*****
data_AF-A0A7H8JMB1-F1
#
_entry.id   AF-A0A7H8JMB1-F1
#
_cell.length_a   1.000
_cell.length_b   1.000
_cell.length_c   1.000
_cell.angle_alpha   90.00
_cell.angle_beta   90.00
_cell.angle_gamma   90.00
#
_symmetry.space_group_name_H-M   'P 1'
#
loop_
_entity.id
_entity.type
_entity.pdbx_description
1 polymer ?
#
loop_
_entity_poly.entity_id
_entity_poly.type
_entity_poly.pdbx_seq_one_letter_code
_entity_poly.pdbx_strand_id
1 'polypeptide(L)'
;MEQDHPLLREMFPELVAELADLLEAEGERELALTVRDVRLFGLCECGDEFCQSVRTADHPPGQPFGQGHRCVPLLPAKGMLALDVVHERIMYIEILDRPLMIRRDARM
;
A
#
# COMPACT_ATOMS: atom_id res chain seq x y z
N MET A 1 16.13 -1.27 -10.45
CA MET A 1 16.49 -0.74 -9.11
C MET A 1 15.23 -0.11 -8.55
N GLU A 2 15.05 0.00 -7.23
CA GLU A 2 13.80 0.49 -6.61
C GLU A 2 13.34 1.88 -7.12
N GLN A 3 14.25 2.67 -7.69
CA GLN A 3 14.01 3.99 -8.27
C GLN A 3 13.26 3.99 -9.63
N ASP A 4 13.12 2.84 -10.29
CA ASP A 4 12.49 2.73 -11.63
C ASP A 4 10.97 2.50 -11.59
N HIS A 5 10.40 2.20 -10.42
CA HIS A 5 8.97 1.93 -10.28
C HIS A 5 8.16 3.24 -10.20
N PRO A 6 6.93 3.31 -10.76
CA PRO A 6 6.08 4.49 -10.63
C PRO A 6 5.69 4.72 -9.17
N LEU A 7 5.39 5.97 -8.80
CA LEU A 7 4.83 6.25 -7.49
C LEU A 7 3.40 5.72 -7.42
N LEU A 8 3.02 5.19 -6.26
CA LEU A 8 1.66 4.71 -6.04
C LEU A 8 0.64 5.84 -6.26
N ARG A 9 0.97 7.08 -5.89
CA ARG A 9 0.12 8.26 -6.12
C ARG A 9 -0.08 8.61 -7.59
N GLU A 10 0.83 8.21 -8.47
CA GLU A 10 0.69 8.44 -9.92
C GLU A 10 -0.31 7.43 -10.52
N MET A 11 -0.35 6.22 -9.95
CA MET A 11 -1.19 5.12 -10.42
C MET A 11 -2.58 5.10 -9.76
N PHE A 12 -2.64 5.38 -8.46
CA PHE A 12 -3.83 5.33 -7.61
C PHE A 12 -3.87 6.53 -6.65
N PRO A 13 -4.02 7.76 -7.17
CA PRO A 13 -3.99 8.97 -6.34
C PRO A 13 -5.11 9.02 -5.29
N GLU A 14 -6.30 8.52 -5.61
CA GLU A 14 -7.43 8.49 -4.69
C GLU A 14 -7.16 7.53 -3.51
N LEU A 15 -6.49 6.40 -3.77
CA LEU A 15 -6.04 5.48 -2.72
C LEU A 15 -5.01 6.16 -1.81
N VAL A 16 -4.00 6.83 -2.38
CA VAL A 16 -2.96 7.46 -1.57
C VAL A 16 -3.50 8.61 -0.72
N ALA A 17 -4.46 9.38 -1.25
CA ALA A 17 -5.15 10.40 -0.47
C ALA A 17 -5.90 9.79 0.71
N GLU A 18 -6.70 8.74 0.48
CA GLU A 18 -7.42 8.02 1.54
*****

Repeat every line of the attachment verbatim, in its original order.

data_AF-A0A7H8JMB1-F1
#
_entry.id   AF-A0A7H8JMB1-F1
#
_cell.length_a   1.000
_cell.length_b   1.000
_cell.length_c   1.000
_cell.angle_alpha   90.00
_cell.angle_beta   90.00
_cell.angle_gamma   90.00
#
_symmetry.space_group_name_H-M   'P 1'
#
loop_
_entity.id
_entity.type
_entity.pdbx_description
1 polymer ?
#
loop_
_entity_poly.entity_id
_entity_poly.type
_entity_poly.pdbx_seq_one_letter_code
_entity_poly.pdbx_strand_id
1 'polypeptide(L)'
;MEQDHPLLREMFPELVAELADLLEAEGERELALTVRDVRLFGLCECGDEFCQSVRTADHPPGQPFGQGHRCVPLLPAKGMLALDVVHERIMYIEILDRPLMIRRDARM
;
A
#
# COMPACT_ATOMS: atom_id res chain seq x y z
N MET A 1 16.13 -1.27 -10.45
CA MET A 1 16.49 -0.74 -9.11
C MET A 1 15.23 -0.11 -8.55
N GLU A 2 15.05 0.00 -7.23
CA GLU A 2 13.80 0.49 -6.61
C GLU A 2 13.34 1.88 -7.12
N GLN A 3 14.25 2.67 -7.69
CA GLN A 3 14.01 3.99 -8.27
C GLN A 3 13.26 3.99 -9.63
N ASP A 4 13.12 2.84 -10.29
CA ASP A 4 12.49 2.73 -11.63
C ASP A 4 10.97 2.50 -11.59
N HIS A 5 10.40 2.20 -10.42
CA HIS A 5 8.97 1.93 -10.28
C HIS A 5 8.16 3.24 -10.20
N PRO A 6 6.93 3.31 -10.76
CA PRO A 6 6.08 4.49 -10.63
C PRO A 6 5.69 4.72 -9.17
N LEU A 7 5.39 5.97 -8.80
CA LEU A 7 4.83 6.25 -7.49
C LEU A 7 3.40 5.72 -7.42
N LEU A 8 3.02 5.19 -6.26
CA LEU A 8 1.66 4.71 -6.04
C LEU A 8 0.64 5.84 -6.26
N ARG A 9 0.97 7.08 -5.89
CA ARG A 9 0.12 8.26 -6.12
C ARG A 9 -0.08 8.61 -7.59
N GLU A 10 0.83 8.21 -8.47
CA GLU A 10 0.69 8.44 -9.92
C GLU A 10 -0.31 7.43 -10.52
N MET A 11 -0.35 6.22 -9.95
CA MET A 11 -1.19 5.12 -10.42
C MET A 11 -2.58 5.10 -9.76
N PHE A 12 -2.64 5.38 -8.46
CA PHE A 12 -3.83 5.33 -7.61
C PHE A 12 -3.87 6.53 -6.65
N PRO A 13 -4.02 7.76 -7.17
CA PRO A 13 -3.99 8.97 -6.34
C PRO A 13 -5.11 9.02 -5.29
N GLU A 14 -6.30 8.52 -5.61
CA GLU A 14 -7.43 8.49 -4.69
C GLU A 14 -7.16 7.53 -3.51
N LEU A 15 -6.49 6.40 -3.77
CA LEU A 15 -6.04 5.48 -2.72
C LEU A 15 -5.01 6.16 -1.81
N VAL A 16 -4.00 6.83 -2.38
CA VAL A 16 -2.96 7.46 -1.57
C VAL A 16 -3.50 8.61 -0.72
N ALA A 17 -4.46 9.38 -1.25
CA ALA A 17 -5.15 10.40 -0.47
C ALA A 17 -5.90 9.79 0.71
N GLU A 18 -6.70 8.74 0.48
CA GLU A 18 -7.42 8.02 1.54